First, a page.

Apache: The “gold standard” for open-source … and pretty as a picture to boot

[Ed: I’m posting this late at night, in the hopes not many folks will read it, because if they do so then they won’t have much reason to come back and read the twitty drivel I will continue to post to those who do come back.]

I’m going to let you into a little secret. Indeed, if you truly believe the wisdom I am about to impart, you can take this blog off your “must read” list and move to a happier and more fulfilling life.

Back in August ’98 as I was looking into taking Jikes open-source, I asked for advice on how many people it would take to run the Jikes project. Someone from BEA said I should talk to a “Brian Behlendorf.” I didn’t know what a Behlendorf was, but I called him, and he said, “Don’t worry. We have a small team and can run our project; you shouldn’t have any problems. Also, take a look at our web site.”

From that day until this moment, and I expect into the forseeable future, I think it safe to say:

If you have any question about how to run an open-source project; how to organize a project web page; how to name the mail lists; how to “incubate” new efforts; or anything else you can think of; then, as quick as you can, just open up a browser window, type apache.org, hit return and learn from the masters.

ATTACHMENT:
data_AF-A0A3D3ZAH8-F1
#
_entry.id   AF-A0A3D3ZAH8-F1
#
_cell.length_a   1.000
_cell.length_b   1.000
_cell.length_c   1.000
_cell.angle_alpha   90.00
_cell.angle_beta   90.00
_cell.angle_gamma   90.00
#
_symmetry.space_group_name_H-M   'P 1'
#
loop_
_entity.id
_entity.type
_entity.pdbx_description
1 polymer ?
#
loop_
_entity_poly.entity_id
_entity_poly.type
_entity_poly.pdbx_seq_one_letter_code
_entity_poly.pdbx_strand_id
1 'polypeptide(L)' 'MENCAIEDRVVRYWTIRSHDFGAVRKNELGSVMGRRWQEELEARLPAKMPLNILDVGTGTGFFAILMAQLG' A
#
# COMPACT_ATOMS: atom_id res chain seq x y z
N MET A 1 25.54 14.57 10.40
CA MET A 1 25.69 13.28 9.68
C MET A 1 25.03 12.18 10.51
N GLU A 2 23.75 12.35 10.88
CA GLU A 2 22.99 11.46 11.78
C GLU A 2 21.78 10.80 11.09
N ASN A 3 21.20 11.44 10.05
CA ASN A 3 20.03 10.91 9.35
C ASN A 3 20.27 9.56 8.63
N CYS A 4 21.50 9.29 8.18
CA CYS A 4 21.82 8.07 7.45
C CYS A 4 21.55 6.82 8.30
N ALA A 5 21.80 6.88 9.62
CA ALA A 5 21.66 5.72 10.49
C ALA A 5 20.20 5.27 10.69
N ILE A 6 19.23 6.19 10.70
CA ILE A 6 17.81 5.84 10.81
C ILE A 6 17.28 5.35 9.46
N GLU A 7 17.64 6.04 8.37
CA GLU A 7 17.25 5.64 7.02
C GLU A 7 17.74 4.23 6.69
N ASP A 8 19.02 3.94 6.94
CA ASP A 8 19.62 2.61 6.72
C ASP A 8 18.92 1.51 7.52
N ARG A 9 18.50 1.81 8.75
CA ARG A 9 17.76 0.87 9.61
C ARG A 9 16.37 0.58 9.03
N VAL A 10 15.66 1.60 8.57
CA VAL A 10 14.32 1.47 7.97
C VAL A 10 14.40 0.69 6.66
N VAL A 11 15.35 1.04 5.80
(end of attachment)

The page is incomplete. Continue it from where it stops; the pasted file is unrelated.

If you follow the lessons you can learn there you won’t go wrong, and if you decide to deviate from the path outlined there, then you will know you have only done so because you have thought it through, realized your situation was different, and that you made the appropriate changes.

These folks have been doing it right for over a decade, and they continue to innovate.


For example, I recently read Glynn Moody’s piece “Do Hackers Blog?” in which he noted that few do. This will be the subject of an upcoming post. Ken Coar directed me to PlanetApache.

I did visit that “planet” (which as I learned is the name for an aggregated set of blog posts). What was most interesting is that I saw many of the post were accompanied by pictures. No, not just pictures, but photographs in the full artistic sense. Each showed original lighting and there was clear evidence of someone who knew how to compose a picture.

So I said to myself, “That’s neat. Some ASF member has a friend who is a photographer. Nice indeed to include the pictures.”

And then I realized these pictures were taken by an ASF member, James Duncan Davidson, who is both the author of ANT and a professional photographer. I found them extraordinary, especially in that they somehow capture a visual aspect of programming I haven’t seen before.

So do go visit the ASF folks. They’re friendly; they won’t bite. And even if you don’t pay attention to what they can teach you, at least you’ll have a fun time enjoying the sights during your visit.

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